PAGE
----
3 raises posm but does not cause osmosis or stimulate thirst or VP secretion -note: VP is not a stimulus of thirst -note: rats fed high-salt diet drink water (and secrete VP) before systemic posm increases -thus, a presystemic signal mediated by visceral osmoreceptors is thought to provide excitatory stimulation of thirst Phenomenon-2: dehydrated dogs (humans, etc.) drink water only for a few minutes, and stop (as does VP secretion) before changes in systemic posm are observed -thus, some early preabsorptive signal provides a rapid inhibition of thirst and VP secretion -note: a simple single-loop negative feedback system cannot account for the control of osmoregulatory water intake Inhibitory Stimulus #1: swallowing (oropharyngeal receptors) DATA: (a) while dehydrated dogs (and humans) drank water, thirst and VP secretion were reduced within a few minutes despite absence of an early decrease in systemic posm -note: this inhibition of thirst and VP secretion lasted for minutes, by which time the water was absorbed and systemic posm had decreased to normal levels -(b) this rapid reduction in thirst and VP secretion occurred even when dehydrated dogs had an open gastric fistula that drained the stomach, so ingested water never reached the small intestine -(c) water intubated directly into the stomach (bypassing the throat and the act of swallowing) had no effect on VP secretion or thirst until it reached the circulation and diluted posm -(d) dehydrated dogs (and humans) reduced thirst and VP secretion rapidly even when they drank isotonic NaCl solution -thus, in dogs (and humans), an early oropharyngeal signal associated with the rapid swallowing characteristic of drinking inhibits thirst and VP secretion despite the continued presence of elevated posm (which normally is an excitatory signal of thirst) -note: gastric distension also inhibits water intake (but not VP secretion) in dogs and humans Regulation of Blood Volume and Pressure Phenomenon-3: hemorrhage stimulates VP secretion and thirst despite absence of change in posm -complementary physiological and behavioral responses contribute to volume regulation Excitatory Stimulus #2: plasma volume deficit (cardiac baroreceptors) -i.e., thirst associated with reduction in plasma volume in absence of change in posm DATA: (a) water intake is proportional to hypovolemia (5-7% decrease in plasma volume is threshold for thirst, as it is for VP secretion) -(b) hypovolemia and increased posm have additive effects on water intake and VP secretion -note: neural signal from cardiac baroreceptors to NTS and then to MnPO stimulates thirst, and from NTS to SON and PVN provides stimulation of VP secretion Inhibitory Stimulus #2: osmotic dilution (central osmoreceptors) -DATA: 2-4% decrease in posm (presumably detected by OVLT osmoreceptors) inhibits thirst stimulated by hypovolemia

4 -note: although increased blood volume is known to inhibit VP secretion stimulated by increased posm, there is no evidence that an increase in blood volume inhibits water intake in dehydrated dogs or humans Excitatory Stimulus #3: angiotensin II (AngII receptors in SFO) -AngII is a peptide hormone, formed in blood after renin is secreted from the kidneys during hypovolemia or arterial hypotension, which acts in brain at the subfornical organ (SFO) to stimulate thirst -the SFO is located on the dorsal end of the lamina terminalis, at the dorsal crown of the third cerebral ventricle; it lacks a blood-brain barrier and has numerous AngII receptors which enables it to detect AngII in the blood -DATA: (a) iv AngII causes dose-related increase in water intake -(b) SFO lesions eliminate the stimulatory effects of iv AngII on thirst -(c) injection into the SFO of tiny amounts of AngII (one trillionth of 1 g) elicits water intake -(d) injection of AngII receptor blocker into SFO eliminates drinking elicited by iv AngII -note: during hypovolemia, thirst occurs in nephrectomized rats and in rats with SFO lesions (presumably it is mediated by neural signals from cardiac baroreceptors), although the threshold of the drinking responses is higher as if AngII sensitized the animal to the neural input -hypovolemic thirst also occurs in rats with NTS lesions (presumably it is mediated by AngII when baroreceptor input is absent) -in other words, either cardiac baroreceptors or AngII receptors in the SFO are necessary for the stimulation of thirst during hypovolemia, but both do not have to be present (i.e., redundant systems) -arterial hypotension activates the renin-angiotensin system and stimulates thirst in rats -Hypothesis: circulating AngII stimulates thirst during arterial hypotension -DATA: water intake elicited during arterial hypotension is blocked by treatments that eliminate the renin-angiotensin system (e.g., bilateral nephrectomy, pharmacological inhibition of AngII synthesis, pharmacological blockade of AngII receptors in the SFO) -note: these findings indicate that a neural signal from arterial baroreceptors does not stimulate thirst during arterial hypotension -blood levels of AngII during arterial hypotension are much lower than those associated with thirst elicited by iv infusion of AngII -Hypothesis 1: thirst is inhibited by a signal that is elicited by iv AngII that is not present during arterial hypotension; specifically, an increase in arterial blood pressure (ABP) Inhibitory Stimulus #3: acute arterial hypertension -DATA: (a) iv AngII elicits more water intake when ABP is clamped at normal levels than when ABP is allowed to rise -(b) iv AngII elicits more water intake in rats with denervated arterial baroreceptors than in control rats -thus, the inhibitory effect of arterial hypertension is abolished when the signal is eliminated -in other words, iv AngII provides a mixed stimulus of thirst, an excitatory component that stimulates drinking and an inhibitory component that suppresses drinking -(c) increased ABP also inhibits water intake in rats made thirsty by increased posm or by hypovolemia, but it does not inhibit VP secretion under those circumstances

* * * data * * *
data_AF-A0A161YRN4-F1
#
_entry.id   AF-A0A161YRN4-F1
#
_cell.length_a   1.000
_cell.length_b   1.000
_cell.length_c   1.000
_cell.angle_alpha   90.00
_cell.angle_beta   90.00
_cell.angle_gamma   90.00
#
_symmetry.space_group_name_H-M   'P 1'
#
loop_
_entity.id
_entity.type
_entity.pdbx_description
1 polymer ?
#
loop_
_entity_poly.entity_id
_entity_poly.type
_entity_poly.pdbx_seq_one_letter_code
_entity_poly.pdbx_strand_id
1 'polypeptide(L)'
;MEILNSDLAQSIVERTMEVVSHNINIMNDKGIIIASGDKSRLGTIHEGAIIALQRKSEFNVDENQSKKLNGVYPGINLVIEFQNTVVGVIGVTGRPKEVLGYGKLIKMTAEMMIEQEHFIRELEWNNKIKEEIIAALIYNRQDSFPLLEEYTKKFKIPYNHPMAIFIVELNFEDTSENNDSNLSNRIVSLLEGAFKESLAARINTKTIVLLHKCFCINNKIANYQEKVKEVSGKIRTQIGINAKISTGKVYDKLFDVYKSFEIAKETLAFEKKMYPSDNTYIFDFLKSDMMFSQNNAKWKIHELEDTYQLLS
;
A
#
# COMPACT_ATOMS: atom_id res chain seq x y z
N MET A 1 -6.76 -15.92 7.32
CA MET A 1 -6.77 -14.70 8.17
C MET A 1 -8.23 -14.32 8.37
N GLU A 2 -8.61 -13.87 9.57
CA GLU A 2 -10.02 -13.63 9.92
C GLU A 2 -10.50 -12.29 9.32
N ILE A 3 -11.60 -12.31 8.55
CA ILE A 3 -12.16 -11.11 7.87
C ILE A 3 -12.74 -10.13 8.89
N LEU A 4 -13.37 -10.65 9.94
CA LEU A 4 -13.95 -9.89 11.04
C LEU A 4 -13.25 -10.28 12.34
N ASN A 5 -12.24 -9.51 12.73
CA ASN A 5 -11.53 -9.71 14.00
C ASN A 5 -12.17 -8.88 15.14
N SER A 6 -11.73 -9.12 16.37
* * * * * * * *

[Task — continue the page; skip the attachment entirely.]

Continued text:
5 Summary: thirst and VP secretion -three dimensions to body fluid regulation: osmolality, blood volume, blood pressure -each dimension is monitored via its own receptor -each receptor provides an excitatory signal for VP secretion during dehydration -each receptor provides an inhibitory signal for VP secretion during overhydration -osmoreceptor, cardiac baroreceptor also provide signal for thirst whereas AngII mediates thirst from arterial hypotension (no BBB for osmo-, AngII-receptor) -excitatory signals are additive, inhibition can trump excitation